The trial of Derek Chauvin, the former Minneapolis police officer accused of killing George Floyd on May 25, 2020, got underway last week. On the first day of trial the charges were: second degree murder, and manslaughter. Two days into the trial, a new charge was added: third degree murder. That charge serves as a potential “compromise verdict.” It had been part of the original complaint but the defense had successfully had it dismissed: then an appeal court allowed for its reinstatement.
Chauvin, a white man, had his boot on the neck of George Floyd for more than eight minutes. Floyd was handcuffed on the ground next to the police car, pleading that he couldn’t breathe, until … he went limp. He was later declared dead. The boot-on-neck was captured by cell phone video and went viral.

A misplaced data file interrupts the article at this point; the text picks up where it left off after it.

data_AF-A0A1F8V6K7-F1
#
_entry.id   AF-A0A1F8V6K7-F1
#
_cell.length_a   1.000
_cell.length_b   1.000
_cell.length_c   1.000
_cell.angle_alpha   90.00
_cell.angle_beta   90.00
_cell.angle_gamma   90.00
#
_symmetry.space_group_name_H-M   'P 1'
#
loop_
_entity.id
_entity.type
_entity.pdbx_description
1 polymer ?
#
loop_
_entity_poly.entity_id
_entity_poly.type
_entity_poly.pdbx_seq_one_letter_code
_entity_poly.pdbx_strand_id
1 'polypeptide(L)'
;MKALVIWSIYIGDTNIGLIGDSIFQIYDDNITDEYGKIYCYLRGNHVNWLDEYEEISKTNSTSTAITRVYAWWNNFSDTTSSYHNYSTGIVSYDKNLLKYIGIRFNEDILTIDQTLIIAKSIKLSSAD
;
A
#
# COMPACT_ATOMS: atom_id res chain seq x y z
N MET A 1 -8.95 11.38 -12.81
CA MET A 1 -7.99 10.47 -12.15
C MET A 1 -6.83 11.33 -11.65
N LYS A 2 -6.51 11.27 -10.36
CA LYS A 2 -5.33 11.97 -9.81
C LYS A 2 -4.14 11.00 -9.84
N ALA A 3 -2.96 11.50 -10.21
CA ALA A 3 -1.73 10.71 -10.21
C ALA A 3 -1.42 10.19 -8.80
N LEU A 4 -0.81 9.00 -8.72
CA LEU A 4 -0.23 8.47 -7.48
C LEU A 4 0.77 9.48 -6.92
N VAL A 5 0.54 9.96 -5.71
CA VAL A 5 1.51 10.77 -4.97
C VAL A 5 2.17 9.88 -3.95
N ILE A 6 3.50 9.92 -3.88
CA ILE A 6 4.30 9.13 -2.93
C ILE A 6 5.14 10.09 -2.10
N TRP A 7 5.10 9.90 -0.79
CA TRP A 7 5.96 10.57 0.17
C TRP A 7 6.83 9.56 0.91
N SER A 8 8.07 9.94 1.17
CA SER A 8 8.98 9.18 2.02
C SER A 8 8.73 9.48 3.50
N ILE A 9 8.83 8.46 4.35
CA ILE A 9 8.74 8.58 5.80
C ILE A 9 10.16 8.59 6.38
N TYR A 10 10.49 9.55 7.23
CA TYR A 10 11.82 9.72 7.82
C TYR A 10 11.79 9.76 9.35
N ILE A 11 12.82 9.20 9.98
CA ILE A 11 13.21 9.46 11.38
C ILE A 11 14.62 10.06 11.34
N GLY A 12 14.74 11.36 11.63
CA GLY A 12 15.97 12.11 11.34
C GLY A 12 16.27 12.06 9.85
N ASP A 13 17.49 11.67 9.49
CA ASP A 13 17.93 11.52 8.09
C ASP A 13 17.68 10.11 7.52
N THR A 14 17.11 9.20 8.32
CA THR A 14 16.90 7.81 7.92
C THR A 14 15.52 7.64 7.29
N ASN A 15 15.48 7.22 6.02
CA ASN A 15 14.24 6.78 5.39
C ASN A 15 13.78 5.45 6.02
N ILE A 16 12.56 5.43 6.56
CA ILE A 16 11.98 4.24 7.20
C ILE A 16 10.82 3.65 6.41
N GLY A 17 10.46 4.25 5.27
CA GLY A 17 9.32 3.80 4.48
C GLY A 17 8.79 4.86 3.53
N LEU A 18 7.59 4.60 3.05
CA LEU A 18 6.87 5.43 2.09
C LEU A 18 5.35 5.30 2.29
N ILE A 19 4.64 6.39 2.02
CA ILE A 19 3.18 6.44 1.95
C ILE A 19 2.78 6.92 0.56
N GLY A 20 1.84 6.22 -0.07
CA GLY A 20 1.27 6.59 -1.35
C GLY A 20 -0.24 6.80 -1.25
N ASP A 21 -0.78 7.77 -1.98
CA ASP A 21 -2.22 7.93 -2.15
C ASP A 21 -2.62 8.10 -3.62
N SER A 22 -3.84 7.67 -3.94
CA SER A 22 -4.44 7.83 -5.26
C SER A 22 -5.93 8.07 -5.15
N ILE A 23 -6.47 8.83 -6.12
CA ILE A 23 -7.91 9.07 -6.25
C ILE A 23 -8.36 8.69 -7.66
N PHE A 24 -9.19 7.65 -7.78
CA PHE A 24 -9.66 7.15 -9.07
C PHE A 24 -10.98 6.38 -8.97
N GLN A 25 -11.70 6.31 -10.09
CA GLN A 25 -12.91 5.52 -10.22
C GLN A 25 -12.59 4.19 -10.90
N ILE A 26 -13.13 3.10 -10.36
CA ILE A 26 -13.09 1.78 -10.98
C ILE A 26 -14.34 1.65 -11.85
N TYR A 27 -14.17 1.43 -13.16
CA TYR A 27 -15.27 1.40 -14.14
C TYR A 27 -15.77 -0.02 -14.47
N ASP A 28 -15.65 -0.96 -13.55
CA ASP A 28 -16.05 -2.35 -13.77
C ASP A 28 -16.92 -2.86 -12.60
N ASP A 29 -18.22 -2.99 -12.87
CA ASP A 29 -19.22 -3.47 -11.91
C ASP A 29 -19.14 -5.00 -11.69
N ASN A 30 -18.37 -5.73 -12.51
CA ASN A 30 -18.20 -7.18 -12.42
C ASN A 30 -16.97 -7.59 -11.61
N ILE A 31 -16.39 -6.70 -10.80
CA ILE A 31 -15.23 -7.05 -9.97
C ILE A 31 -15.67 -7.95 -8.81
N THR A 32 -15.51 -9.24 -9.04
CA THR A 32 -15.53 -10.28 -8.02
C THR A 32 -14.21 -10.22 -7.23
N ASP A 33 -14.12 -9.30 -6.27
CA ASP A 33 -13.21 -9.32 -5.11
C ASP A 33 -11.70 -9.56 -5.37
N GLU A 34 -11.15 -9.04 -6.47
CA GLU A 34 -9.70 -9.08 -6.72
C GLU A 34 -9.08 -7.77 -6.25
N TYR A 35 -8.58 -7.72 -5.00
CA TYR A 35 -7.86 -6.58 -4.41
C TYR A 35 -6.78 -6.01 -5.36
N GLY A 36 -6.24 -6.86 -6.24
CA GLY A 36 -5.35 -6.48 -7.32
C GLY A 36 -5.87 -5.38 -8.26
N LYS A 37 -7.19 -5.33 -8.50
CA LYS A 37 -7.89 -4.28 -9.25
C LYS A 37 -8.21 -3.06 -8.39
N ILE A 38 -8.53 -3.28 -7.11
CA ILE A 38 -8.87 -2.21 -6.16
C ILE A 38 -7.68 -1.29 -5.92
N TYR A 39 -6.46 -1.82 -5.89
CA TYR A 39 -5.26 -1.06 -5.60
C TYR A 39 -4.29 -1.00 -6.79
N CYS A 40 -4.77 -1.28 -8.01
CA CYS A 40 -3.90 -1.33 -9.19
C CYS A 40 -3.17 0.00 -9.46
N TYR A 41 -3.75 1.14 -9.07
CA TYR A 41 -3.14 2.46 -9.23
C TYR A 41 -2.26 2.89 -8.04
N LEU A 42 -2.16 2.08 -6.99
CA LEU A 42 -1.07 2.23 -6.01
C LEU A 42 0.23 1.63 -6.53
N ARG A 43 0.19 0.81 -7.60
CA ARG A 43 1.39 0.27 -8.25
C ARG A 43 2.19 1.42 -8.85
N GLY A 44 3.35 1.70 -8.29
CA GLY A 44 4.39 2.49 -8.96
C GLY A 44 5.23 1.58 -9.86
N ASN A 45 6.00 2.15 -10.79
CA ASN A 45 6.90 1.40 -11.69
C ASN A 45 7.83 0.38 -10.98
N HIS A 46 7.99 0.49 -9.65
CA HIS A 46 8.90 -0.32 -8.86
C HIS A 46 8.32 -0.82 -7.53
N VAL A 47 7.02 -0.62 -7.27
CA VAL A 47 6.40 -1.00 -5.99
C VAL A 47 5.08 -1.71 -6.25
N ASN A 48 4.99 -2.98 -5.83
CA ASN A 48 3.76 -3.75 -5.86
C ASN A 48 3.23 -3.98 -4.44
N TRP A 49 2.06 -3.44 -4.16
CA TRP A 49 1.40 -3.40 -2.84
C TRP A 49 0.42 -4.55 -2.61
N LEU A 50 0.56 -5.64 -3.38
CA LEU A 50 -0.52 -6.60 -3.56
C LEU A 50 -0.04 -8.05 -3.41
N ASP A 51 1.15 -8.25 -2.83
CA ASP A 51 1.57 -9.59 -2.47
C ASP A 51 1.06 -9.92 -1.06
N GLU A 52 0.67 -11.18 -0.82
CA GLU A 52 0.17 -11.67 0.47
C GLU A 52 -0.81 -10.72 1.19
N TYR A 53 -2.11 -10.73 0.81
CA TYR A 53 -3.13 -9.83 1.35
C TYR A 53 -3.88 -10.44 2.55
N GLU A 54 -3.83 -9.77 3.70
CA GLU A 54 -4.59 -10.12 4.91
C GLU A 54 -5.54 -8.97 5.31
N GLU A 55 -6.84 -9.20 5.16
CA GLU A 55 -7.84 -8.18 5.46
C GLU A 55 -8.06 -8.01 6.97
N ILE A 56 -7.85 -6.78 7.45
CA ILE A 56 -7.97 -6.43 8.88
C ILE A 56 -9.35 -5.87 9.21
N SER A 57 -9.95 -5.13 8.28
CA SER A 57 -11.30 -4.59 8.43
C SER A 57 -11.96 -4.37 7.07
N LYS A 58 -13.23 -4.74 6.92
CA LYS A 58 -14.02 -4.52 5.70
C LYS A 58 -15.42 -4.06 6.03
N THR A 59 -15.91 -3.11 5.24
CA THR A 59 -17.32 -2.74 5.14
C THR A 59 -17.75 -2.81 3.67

The trial may prove more complicated than casual observers (who have seen the eight-minute videotape) may expect. One key point: there were two distinct autopsies of Mr. Floyd: one by the county medical examiner and one by an independent forensic pathologist hired by the decedent’s family.
The Thing to Know:
The medical examiner found “no physical findings that support a diagnosis of traumatic asphyxia or strangulation.” It said that the “subdual, restraint, and neck compression” brought about a heart attack. The independent autopsy, on the other hand, said that the cause of death was asphyxia. Floyd was a homicide victim who died for the specific reason he himself provided: he couldn’t breath.
Both reports call this homicide, but the distinction between the two reports will likely encourage the defendant to make the trial about the cause of death, and so about reasonable doubt.